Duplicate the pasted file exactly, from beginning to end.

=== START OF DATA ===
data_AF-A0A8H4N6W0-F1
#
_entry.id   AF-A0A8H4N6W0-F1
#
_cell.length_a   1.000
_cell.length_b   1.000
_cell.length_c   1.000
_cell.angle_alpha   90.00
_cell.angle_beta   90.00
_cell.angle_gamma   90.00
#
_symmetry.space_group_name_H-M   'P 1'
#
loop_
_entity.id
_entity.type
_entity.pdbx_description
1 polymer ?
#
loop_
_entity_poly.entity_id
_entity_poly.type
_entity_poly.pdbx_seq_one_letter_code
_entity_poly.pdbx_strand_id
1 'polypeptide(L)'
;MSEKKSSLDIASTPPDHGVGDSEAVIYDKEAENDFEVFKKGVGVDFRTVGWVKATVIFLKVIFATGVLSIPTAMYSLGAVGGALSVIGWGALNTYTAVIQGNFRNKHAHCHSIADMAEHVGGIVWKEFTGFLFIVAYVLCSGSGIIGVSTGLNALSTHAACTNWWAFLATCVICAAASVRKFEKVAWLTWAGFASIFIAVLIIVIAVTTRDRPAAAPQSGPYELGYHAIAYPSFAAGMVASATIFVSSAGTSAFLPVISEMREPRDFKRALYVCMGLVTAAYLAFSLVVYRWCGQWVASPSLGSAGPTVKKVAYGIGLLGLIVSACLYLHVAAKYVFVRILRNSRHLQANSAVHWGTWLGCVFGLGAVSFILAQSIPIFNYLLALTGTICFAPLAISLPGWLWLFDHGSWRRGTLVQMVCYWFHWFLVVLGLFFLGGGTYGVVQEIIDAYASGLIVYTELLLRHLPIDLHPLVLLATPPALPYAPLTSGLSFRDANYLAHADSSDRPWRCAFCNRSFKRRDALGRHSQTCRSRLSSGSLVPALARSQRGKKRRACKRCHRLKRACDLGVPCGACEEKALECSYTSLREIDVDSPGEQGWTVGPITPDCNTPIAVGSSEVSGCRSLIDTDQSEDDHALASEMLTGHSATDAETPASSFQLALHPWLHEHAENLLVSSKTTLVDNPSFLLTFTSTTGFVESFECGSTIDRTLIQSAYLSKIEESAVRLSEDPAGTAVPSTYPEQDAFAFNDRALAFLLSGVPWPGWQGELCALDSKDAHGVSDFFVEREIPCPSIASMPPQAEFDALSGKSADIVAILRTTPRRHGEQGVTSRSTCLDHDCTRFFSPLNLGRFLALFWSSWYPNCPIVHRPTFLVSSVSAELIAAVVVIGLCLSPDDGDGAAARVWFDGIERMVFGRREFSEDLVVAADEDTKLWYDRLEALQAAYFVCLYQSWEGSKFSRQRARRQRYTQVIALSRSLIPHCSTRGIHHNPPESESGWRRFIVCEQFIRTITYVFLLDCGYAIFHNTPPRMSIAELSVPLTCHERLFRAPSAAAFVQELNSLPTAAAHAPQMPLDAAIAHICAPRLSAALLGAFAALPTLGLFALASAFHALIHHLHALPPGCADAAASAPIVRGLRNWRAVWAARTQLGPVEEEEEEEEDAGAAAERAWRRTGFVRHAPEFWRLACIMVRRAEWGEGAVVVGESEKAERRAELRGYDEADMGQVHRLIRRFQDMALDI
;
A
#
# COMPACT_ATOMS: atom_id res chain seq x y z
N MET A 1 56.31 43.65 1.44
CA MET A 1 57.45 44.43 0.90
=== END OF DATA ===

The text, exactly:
data_AF-A0A8H4N6W0-F1
#
_entry.id   AF-A0A8H4N6W0-F1
#
_cell.length_a   1.000
_cell.length_b   1.000
_cell.length_c   1.000
_cell.angle_alpha   90.00
_cell.angle_beta   90.00
_cell.angle_gamma   90.00
#
_symmetry.space_group_name_H-M   'P 1'
#
loop_
_entity.id
_entity.type
_entity.pdbx_description
1 polymer ?
#
loop_
_entity_poly.entity_id
_entity_poly.type
_entity_poly.pdbx_seq_one_letter_code
_entity_poly.pdbx_strand_id
1 'polypeptide(L)'
;MSEKKSSLDIASTPPDHGVGDSEAVIYDKEAENDFEVFKKGVGVDFRTVGWVKATVIFLKVIFATGVLSIPTAMYSLGAVGGALSVIGWGALNTYTAVIQGNFRNKHAHCHSIADMAEHVGGIVWKEFTGFLFIVAYVLCSGSGIIGVSTGLNALSTHAACTNWWAFLATCVICAAASVRKFEKVAWLTWAGFASIFIAVLIIVIAVTTRDRPAAAPQSGPYELGYHAIAYPSFAAGMVASATIFVSSAGTSAFLPVISEMREPRDFKRALYVCMGLVTAAYLAFSLVVYRWCGQWVASPSLGSAGPTVKKVAYGIGLLGLIVSACLYLHVAAKYVFVRILRNSRHLQANSAVHWGTWLGCVFGLGAVSFILAQSIPIFNYLLALTGTICFAPLAISLPGWLWLFDHGSWRRGTLVQMVCYWFHWFLVVLGLFFLGGGTYGVVQEIIDAYASGLIVYTELLLRHLPIDLHPLVLLATPPALPYAPLTSGLSFRDANYLAHADSSDRPWRCAFCNRSFKRRDALGRHSQTCRSRLSSGSLVPALARSQRGKKRRACKRCHRLKRACDLGVPCGACEEKALECSYTSLREIDVDSPGEQGWTVGPITPDCNTPIAVGSSEVSGCRSLIDTDQSEDDHALASEMLTGHSATDAETPASSFQLALHPWLHEHAENLLVSSKTTLVDNPSFLLTFTSTTGFVESFECGSTIDRTLIQSAYLSKIEESAVRLSEDPAGTAVPSTYPEQDAFAFNDRALAFLLSGVPWPGWQGELCALDSKDAHGVSDFFVEREIPCPSIASMPPQAEFDALSGKSADIVAILRTTPRRHGEQGVTSRSTCLDHDCTRFFSPLNLGRFLALFWSSWYPNCPIVHRPTFLVSSVSAELIAAVVVIGLCLSPDDGDGAAARVWFDGIERMVFGRREFSEDLVVAADEDTKLWYDRLEALQAAYFVCLYQSWEGSKFSRQRARRQRYTQVIALSRSLIPHCSTRGIHHNPPESESGWRRFIVCEQFIRTITYVFLLDCGYAIFHNTPPRMSIAELSVPLTCHERLFRAPSAAAFVQELNSLPTAAAHAPQMPLDAAIAHICAPRLSAALLGAFAALPTLGLFALASAFHALIHHLHALPPGCADAAASAPIVRGLRNWRAVWAARTQLGPVEEEEEEEEDAGAAAERAWRRTGFVRHAPEFWRLACIMVRRAEWGEGAVVVGESEKAERRAELRGYDEADMGQVHRLIRRFQDMALDI
;
A
#
# COMPACT_ATOMS: atom_id res chain seq x y z
N MET A 1 56.31 43.65 1.44
CA MET A 1 57.45 44.43 0.90